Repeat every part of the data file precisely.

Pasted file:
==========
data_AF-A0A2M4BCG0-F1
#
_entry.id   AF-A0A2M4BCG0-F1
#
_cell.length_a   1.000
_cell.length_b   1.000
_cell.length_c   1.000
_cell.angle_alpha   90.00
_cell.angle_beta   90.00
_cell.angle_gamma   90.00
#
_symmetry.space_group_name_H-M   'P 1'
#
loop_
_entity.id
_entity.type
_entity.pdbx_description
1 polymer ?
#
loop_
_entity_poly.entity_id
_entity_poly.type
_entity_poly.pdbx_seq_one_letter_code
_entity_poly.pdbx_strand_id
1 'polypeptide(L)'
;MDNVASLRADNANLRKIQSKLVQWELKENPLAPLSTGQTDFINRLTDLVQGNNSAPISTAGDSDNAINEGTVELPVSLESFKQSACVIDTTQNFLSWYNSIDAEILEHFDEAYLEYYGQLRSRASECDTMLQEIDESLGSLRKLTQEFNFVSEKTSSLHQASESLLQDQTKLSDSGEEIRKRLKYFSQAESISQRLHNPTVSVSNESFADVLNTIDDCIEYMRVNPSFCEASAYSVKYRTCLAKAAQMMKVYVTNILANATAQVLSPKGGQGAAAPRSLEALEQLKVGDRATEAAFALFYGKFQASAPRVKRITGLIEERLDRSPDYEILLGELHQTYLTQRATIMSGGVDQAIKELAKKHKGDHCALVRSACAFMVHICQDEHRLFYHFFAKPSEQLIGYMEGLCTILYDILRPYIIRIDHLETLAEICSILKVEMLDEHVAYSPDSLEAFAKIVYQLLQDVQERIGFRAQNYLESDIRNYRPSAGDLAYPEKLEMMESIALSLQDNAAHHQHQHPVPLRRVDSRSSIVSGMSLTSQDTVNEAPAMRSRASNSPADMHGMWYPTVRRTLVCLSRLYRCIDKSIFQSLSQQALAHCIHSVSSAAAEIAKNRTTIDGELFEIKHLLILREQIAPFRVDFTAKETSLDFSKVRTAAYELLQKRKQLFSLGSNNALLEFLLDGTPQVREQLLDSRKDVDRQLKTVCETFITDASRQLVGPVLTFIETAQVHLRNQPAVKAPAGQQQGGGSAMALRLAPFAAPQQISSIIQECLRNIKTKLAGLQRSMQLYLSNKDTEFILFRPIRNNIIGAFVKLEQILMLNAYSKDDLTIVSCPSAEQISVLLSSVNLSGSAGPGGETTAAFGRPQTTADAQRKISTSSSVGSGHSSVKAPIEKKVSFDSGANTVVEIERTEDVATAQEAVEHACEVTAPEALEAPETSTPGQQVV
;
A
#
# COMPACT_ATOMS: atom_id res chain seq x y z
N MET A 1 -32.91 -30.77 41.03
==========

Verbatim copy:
data_AF-A0A2M4BCG0-F1
#
_entry.id   AF-A0A2M4BCG0-F1
#
_cell.length_a   1.000
_cell.length_b   1.000
_cell.length_c   1.000
_cell.angle_alpha   90.00
_cell.angle_beta   90.00
_cell.angle_gamma   90.00
#
_symmetry.space_group_name_H-M   'P 1'
#
loop_
_entity.id
_entity.type
_entity.pdbx_description
1 polymer ?
#
loop_
_entity_poly.entity_id
_entity_poly.type
_entity_poly.pdbx_seq_one_letter_code
_entity_poly.pdbx_strand_id
1 'polypeptide(L)'
;MDNVASLRADNANLRKIQSKLVQWELKENPLAPLSTGQTDFINRLTDLVQGNNSAPISTAGDSDNAINEGTVELPVSLESFKQSACVIDTTQNFLSWYNSIDAEILEHFDEAYLEYYGQLRSRASECDTMLQEIDESLGSLRKLTQEFNFVSEKTSSLHQASESLLQDQTKLSDSGEEIRKRLKYFSQAESISQRLHNPTVSVSNESFADVLNTIDDCIEYMRVNPSFCEASAYSVKYRTCLAKAAQMMKVYVTNILANATAQVLSPKGGQGAAAPRSLEALEQLKVGDRATEAAFALFYGKFQASAPRVKRITGLIEERLDRSPDYEILLGELHQTYLTQRATIMSGGVDQAIKELAKKHKGDHCALVRSACAFMVHICQDEHRLFYHFFAKPSEQLIGYMEGLCTILYDILRPYIIRIDHLETLAEICSILKVEMLDEHVAYSPDSLEAFAKIVYQLLQDVQERIGFRAQNYLESDIRNYRPSAGDLAYPEKLEMMESIALSLQDNAAHHQHQHPVPLRRVDSRSSIVSGMSLTSQDTVNEAPAMRSRASNSPADMHGMWYPTVRRTLVCLSRLYRCIDKSIFQSLSQQALAHCIHSVSSAAAEIAKNRTTIDGELFEIKHLLILREQIAPFRVDFTAKETSLDFSKVRTAAYELLQKRKQLFSLGSNNALLEFLLDGTPQVREQLLDSRKDVDRQLKTVCETFITDASRQLVGPVLTFIETAQVHLRNQPAVKAPAGQQQGGGSAMALRLAPFAAPQQISSIIQECLRNIKTKLAGLQRSMQLYLSNKDTEFILFRPIRNNIIGAFVKLEQILMLNAYSKDDLTIVSCPSAEQISVLLSSVNLSGSAGPGGETTAAFGRPQTTADAQRKISTSSSVGSGHSSVKAPIEKKVSFDSGANTVVEIERTEDVATAQEAVEHACEVTAPEALEAPETSTPGQQVV
;
A
#
# COMPACT_ATOMS: atom_id res chain seq x y z
N MET A 1 -32.91 -30.77 41.03